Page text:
safe from the Being that serves canapés
safe from the There that takes coats for the evening
embracing and motionless like sweet-water otters
like kites made of air
like clay on the potter’s skin
not sensing the dampness that soaks the hammocks and the
                   awnings and curls the hair of the dancers on the porch
not paying attention to the silence alive in all the words
what you say about me what I say about you
we’re going to your house. I can’t help myself— you’re my type. so much
                         the better for me. it’s just that I never go to bed with men
                         that I like. it ruins things when it’s all
                         over. there’s still time for you not to like me
                         give me half an hour. it’s late for time and it’s too late
                         for you I already like you a lot. I’m horrible I
                         swear it.
for me a gin I’ll continue with white
they’ve told me about you    they’ve said you are sweet and an optimist
money you know is only good for nothing    the more you have the less
                                                    you are
I’ve left the girls with my cousin

there we were
embracing and motionless
unoccupied like the benches in a plaza on a stormy day
deserted like the iris of a dead doe
dispossessed like a quarry full of reptiles
unseen like the tiles of a tower
safe from the Embrace and from Motionlessness
those rabid dogs that turn on their owners
safe from the Embrace that feeds your eyes to the octopus
                         betraying your rescue of the drowning man
safe from the Motionlessness that changes this dot into a

there we were
between the forest and the house
elucidated by the song of a forest and a house
elucidated by the humus, the husks, the praying mantis
clarified by the song of windows and doors
open to meaning open to the senses
penetrating what is other that is not other
falling from a bridge painted over water toward that otherness

crossing to the other shore on a raft of mirrors
clarified by the song that saves one from Other
clarified by the song that saves us from Between

we were there behind the brambles
absent from the lance tip traveling through us
                         like a beetle through the hollow of a tree
the lance tip no longer controlled either by the grip nor by the
                         curve of a draw
the lance tip that moistens the dried blood
                         a motionless string attached to our mouths
taken from the tortoise that spawns her eggs on the silent beach
taken from the strawberries and the mistletoe
beyond the Saying and the Us
those rats that break the eggs of the tortoise
beyond Being and There
the typhoon that razes the beach and silence
beyond strawberries compared to lips and beyond
                         mistletoe that keeps absent symbols
and present ones awake like the sky reflected in a lake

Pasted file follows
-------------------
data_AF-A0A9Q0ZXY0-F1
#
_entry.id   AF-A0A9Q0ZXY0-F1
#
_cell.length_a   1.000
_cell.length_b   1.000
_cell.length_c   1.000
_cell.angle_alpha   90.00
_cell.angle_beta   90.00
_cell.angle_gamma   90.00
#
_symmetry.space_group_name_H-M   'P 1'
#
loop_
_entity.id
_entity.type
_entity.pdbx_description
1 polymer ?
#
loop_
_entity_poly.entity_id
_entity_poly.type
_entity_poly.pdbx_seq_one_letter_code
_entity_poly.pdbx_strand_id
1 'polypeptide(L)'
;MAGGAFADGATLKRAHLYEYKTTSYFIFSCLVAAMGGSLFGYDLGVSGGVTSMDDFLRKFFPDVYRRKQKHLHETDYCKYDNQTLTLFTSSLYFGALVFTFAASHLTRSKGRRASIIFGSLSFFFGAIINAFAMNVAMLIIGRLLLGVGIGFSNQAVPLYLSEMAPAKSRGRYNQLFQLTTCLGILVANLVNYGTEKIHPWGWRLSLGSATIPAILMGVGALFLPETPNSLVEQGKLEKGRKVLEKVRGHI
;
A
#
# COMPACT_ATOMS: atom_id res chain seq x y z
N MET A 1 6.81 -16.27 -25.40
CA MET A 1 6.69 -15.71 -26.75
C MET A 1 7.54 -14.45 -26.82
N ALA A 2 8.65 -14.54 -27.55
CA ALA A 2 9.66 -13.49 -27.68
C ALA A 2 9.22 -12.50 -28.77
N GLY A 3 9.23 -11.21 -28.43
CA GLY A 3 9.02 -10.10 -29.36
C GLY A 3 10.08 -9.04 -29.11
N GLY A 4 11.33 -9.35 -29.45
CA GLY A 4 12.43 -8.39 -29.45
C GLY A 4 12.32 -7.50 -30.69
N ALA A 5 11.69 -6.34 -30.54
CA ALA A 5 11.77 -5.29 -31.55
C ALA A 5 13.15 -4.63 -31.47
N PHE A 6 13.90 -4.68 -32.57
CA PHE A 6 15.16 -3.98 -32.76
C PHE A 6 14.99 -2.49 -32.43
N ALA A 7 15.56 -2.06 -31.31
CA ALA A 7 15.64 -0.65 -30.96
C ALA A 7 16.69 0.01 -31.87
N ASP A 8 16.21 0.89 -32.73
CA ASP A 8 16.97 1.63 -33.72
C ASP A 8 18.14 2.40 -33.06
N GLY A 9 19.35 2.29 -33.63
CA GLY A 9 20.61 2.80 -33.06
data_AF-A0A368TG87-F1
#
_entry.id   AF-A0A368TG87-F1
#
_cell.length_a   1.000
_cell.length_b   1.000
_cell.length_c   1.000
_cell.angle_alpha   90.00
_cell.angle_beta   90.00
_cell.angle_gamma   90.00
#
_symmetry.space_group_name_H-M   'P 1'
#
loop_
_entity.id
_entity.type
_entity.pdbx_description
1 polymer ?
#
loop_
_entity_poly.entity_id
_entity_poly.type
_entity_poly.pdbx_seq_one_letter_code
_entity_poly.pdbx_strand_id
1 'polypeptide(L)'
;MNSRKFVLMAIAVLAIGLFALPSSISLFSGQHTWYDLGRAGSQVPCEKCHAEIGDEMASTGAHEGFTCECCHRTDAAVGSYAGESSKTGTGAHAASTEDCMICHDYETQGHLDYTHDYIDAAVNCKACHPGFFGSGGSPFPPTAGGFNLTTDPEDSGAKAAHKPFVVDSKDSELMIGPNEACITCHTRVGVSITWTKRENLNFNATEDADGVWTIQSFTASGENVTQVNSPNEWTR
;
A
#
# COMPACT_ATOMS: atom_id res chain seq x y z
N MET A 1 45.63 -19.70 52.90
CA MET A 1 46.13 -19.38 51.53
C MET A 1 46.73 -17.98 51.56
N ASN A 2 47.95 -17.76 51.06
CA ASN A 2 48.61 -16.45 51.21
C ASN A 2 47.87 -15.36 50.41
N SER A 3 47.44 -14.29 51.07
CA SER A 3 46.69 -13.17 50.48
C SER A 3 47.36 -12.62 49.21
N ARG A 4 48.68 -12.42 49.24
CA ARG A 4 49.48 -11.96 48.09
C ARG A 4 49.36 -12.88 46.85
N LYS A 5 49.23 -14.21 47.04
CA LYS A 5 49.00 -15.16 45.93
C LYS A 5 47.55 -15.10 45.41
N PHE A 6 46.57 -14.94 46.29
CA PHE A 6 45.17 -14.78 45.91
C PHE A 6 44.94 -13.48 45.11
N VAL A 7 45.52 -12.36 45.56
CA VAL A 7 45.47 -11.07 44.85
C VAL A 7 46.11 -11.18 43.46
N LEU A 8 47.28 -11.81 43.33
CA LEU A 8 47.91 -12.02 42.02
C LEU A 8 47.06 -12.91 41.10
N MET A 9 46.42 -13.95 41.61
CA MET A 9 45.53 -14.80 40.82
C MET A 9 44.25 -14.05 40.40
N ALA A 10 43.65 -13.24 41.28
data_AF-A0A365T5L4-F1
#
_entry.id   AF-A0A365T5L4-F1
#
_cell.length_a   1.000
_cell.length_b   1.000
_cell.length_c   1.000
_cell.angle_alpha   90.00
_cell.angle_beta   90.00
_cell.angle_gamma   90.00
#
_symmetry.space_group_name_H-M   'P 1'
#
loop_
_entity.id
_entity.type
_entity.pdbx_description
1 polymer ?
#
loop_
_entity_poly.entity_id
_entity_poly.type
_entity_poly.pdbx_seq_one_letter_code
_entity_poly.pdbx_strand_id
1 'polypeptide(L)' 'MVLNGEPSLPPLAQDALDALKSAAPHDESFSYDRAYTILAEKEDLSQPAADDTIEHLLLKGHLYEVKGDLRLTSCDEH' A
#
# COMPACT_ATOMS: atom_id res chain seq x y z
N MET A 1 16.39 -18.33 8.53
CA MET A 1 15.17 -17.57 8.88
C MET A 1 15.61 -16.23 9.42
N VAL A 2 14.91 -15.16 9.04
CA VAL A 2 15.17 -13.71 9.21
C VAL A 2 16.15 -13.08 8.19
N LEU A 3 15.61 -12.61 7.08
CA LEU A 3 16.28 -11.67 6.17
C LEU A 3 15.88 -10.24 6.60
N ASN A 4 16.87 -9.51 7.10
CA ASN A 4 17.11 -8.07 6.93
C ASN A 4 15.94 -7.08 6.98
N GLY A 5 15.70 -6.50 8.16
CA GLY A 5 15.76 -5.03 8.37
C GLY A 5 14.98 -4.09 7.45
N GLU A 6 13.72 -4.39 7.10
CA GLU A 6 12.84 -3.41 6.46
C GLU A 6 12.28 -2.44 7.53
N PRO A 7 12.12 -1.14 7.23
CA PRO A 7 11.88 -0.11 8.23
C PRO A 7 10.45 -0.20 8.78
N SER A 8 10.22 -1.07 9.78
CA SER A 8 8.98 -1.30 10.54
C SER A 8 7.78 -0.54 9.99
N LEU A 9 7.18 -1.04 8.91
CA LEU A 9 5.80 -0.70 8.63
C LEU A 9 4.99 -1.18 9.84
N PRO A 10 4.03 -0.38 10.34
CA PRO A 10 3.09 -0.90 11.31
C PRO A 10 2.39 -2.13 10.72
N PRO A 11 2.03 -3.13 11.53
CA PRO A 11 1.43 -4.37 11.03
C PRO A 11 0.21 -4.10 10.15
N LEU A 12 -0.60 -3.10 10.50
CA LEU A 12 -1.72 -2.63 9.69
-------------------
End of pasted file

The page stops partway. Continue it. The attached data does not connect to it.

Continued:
what you say about me what I say about you
I’d add a pinch of sage and of thyme
pain doesn’t help me understand the spikenard
that’s a good novel but better forgotten
when I introduce him to you don’t forget your gentle hypocrisy

we were there
etched by the engraving burr in the wood
etched by the engraving burr of the void

Jesús Aguado, b. 1961, Spain, is the author of the following books, among others: Los amores imposibles [Impossible Loves] (Hiperión Prize, 1990, Madrid); Libro de Homenajes [Book of Homage] (Hiperión Press, Madrid, 1993), El fugitivo [The Fugitive] (Pre-Textos, Valencia, 1998); Los poemas de Vikram Babu (Hiperión, 2000) [under consideration for English ed. as Like the Oar that Cuts the Current: The Poems of Vikram Babu, co-translated by Arenal/Gates]; Lo que dices de mí [What You Say About Me] (Pre-Textos, 2002); Heridas [Wounds] (Renacimiento, Seville, 2004); La astucia del vacío. Cuadernos de Benarés 1986-2004 [The Cunning of the Void: Benares Notebooks 1987-2004] (Ediciones Narila, Málaga, 2005). Editor and translator of several volumes of devotional and tribal poetry of India, his work has appeared in 40 poetry anthologies, including volumes in Italian, Portuguese, English, French, Romanian, and Swedish. Born in Madrid, he has lived, since the age of two, in Seville, Malaga and Benares (India); he presently resides in Barcelona.

Co-translators Electa Arenal and Beatrix Gates were awarded the 2003 Witter Bynner Translation Residency at the Sante Fe Art Institute to collaborate on selected works of contemporary Spanish poet Jesus Aguado; they produced a translation of the book-length poem, what you say about me. An earlier co-translation from Aguado's Like the Oar That Cuts the Current: Poems of Vikram Babu appeared in Sam Hamill’s Poets Against the War. Electa Arenal's published work includes translations of Leon Felipe, Vicente Huidobro, Claribel Alegria, Gioconda Belli, Angel Rama and the critical edition and translation, co-authored with Amanda Powell, of Sor Juana Inés de la Cruz's, The Answer/La Respuesta, Including a Selection of Poetry. Beatrix Gates’ third book of poetry, In the Open, was a Lambda Literary Award finalist. She has been a fellow in poetry at the MacDowell Colony and VCCA, and as publisher of Granite Press, she published Ixok Amargo: Central American Women Poets for Peace ed. by Zoe Angelsey.